Wednesday, August 20, 2008

The Latent Powers of Playing With Matches

Call it the John Green effect. Call it the Superbad effect (especially if David Krumholtz is involved. Whatever you want to call it, or if you call it nothing at all, more and more boy-centric YA romances are hitting the shelves. Last week, I read two that I enjoyed, and they get a joint review.

The Latent Powers of Dylan Fontaine by April Lurie follows a boy who is trying to keep his head on straight in his increasingly dramarific life. His mother left the family for another man. His father is never home because he's always working. His brother Randy is many things Dylan wishes he could be: intelligent, a talented musician, an artist. He's also a pothead with zero interest in succeeding in school. In most other YA novels, Dylan could tell his best friend Angie about his problems. The problem here is that Dylan wants to date Angie, who would rather just be friends. Even worse, Angie is dating a guy Dylan finds pretentious. With the help of health food, basketball, and a newly-hired housekeeper who cooks German food, Dylan navigates his way through crushes, pot, jam sessions, and being the star of Angie's independent film.

It sounds like a lot to cram into one book, but Lurie balances it all. Dylan is endearing even when he tries to keep the reader at arm's length. His crushes and frustrations are totally sympathetic. Given Dylan's family it would have been easy to write him as just another spoiled New York poor little rich kid. Dylan, however, has taken on a protector role not usually seen in the Rich New York Kids subgenre. Although he's no saint, he cares deeply about those around him and in order to maintain what he believes is an even keel, puts himself on the line.

April Lurie's blog || Review at Becky's Book Reviews

Playing With Matches by Brian Katcher is a first novel about the kid in high school no one wants to be. Leon Sanders is neither hot nor popular nor particularly brilliant. His friendships are more friendships of convenience than commonality, and his high school is out in the middle of Nowheresville, Missouri. The only kid in school less popular than Leon might be Melody Hennon, who has severe facial scars from a fire earlier in her life. When Melody and Leon are matched up as locker partners, Leon finds that Melody is friendly and they have quite a lot in common. There's no way they can be more than friends, though. After all, Melody is the school outcast and Leon likes Amy, the hot girl in his chemistry class. As time passes, Leon and Melody grow closer but all along he denies that he's dating her, even taking Amy to a school dance. Leon thought he'd be the last person on earth to get a date, much less be part of a love triangle, but there it is. Amy or Melody? The girl who would raise his social status or the girl who likes him for who he is? It's an easy choice for the reader to make but for Leon, not so much.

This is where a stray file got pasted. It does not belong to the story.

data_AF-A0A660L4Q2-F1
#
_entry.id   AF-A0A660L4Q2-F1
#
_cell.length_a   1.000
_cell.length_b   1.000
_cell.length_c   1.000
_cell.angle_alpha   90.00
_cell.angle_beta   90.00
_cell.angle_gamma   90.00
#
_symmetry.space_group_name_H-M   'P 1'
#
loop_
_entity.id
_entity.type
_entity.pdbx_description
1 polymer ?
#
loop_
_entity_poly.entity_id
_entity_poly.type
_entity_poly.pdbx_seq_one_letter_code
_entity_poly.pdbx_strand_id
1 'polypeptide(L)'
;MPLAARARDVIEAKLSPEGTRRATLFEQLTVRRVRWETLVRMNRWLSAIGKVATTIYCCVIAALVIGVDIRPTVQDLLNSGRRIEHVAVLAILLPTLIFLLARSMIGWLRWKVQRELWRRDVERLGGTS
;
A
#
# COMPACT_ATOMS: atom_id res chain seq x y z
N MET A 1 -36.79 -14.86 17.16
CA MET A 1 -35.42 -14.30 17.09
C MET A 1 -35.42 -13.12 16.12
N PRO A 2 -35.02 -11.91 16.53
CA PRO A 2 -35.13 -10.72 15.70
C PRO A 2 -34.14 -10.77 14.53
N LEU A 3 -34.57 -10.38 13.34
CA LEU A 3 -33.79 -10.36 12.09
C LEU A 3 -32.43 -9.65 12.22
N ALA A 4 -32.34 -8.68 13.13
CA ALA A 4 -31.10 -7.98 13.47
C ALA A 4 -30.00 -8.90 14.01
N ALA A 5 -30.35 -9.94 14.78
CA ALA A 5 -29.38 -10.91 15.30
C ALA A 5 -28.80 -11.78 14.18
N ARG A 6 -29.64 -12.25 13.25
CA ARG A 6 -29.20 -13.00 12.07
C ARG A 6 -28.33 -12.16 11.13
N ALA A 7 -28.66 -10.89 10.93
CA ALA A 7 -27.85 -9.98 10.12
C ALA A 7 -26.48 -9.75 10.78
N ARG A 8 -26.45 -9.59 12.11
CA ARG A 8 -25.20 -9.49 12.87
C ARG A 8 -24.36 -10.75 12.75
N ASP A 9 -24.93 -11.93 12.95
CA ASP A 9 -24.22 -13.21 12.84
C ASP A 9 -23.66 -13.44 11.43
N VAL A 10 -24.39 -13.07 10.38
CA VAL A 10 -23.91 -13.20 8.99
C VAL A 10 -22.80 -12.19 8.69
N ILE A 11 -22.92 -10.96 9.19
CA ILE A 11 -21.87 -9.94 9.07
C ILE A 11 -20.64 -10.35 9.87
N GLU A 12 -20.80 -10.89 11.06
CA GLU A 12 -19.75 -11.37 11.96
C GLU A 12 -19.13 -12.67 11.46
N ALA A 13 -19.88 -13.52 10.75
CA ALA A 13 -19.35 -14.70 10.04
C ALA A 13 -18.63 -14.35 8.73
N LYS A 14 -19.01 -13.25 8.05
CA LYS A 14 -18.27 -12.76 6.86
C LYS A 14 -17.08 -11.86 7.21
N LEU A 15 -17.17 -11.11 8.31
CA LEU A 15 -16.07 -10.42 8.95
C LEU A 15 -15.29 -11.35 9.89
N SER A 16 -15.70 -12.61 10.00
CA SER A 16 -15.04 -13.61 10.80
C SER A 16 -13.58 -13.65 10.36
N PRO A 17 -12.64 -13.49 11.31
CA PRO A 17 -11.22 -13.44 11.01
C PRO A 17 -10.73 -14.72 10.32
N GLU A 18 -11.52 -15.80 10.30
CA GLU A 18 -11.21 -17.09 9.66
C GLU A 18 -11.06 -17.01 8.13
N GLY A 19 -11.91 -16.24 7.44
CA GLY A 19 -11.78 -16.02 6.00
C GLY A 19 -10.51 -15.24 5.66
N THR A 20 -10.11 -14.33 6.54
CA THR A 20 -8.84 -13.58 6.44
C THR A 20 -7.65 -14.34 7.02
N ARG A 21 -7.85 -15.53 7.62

Leon's confusion and honesty come through clearly, with a good dose of humor. While teen girls, or anyone who's ever been one, will probably roll their eyes at Leon and say, "Boys are so dumb!" it's always easy to see exactly where Leon is coming from in regards to his relationships with Melody and Amy. He doesn't mean to be a jerk. He doesn't mean to manipulate. All he's doing is following his earnest feelings, and that's what gets him in trouble and makes him look like a jerk to outsiders. Fact is, though, Leon is somewhat overwhelmed by his feelings and really not up to making the "right" decision. All he can do is go with his gut until his friends put him in his place.

I think the most interesting thing to observe about these two books, and what might be a forthcoming trend in YA, who knows? is the lack of plot. Wait! This is not a bad thing. As Stephen King pointed out, our lives don't have plots; they're mostly a series of events influenced by others. Both Dylan Fontaine and Playing With Matches capitalize on the idea that we can only take on life as it comes to us, and high school romances are complicated. I'm curious as to who will read these books, but I think those that do should enjoy them, as I did.

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